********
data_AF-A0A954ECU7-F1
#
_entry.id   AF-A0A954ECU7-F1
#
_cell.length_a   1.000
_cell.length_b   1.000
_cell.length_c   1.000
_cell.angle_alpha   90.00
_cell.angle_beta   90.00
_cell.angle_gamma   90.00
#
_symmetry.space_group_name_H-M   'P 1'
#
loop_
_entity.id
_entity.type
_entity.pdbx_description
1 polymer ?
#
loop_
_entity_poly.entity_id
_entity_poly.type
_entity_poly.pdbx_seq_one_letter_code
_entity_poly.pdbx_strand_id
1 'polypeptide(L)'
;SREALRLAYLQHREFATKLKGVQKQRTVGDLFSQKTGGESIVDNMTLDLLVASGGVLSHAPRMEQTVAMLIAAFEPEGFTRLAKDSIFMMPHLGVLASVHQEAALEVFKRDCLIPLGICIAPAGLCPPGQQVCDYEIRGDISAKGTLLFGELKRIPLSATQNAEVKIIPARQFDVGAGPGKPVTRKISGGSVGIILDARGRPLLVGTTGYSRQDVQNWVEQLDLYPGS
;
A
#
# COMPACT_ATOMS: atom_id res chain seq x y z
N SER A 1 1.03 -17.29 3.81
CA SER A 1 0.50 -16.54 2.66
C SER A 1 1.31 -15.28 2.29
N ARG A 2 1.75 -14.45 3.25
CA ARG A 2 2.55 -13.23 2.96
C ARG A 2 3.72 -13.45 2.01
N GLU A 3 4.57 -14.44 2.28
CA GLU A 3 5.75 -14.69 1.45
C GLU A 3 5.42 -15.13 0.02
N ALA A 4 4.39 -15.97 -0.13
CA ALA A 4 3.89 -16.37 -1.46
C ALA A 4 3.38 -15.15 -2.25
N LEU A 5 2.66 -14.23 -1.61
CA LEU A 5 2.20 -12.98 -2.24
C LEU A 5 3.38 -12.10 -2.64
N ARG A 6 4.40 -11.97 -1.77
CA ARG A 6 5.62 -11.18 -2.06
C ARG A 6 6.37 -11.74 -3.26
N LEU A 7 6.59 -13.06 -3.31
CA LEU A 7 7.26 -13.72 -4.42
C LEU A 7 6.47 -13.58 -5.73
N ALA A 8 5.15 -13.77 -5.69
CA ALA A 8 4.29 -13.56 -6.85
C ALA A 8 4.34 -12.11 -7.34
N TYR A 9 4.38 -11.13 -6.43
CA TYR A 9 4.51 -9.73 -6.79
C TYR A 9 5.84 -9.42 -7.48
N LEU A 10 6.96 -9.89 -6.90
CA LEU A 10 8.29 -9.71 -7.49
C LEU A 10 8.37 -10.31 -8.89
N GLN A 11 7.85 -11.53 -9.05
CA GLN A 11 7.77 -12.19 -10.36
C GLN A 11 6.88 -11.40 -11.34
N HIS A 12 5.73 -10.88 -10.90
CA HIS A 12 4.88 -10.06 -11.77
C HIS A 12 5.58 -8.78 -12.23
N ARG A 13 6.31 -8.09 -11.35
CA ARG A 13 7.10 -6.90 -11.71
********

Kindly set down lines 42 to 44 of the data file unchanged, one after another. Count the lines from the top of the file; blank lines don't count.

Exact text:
C ALA A 4 3.38 -15.15 -2.25
N LEU A 5 2.66 -14.23 -1.61
CA LEU A 5 2.20 -12.98 -2.24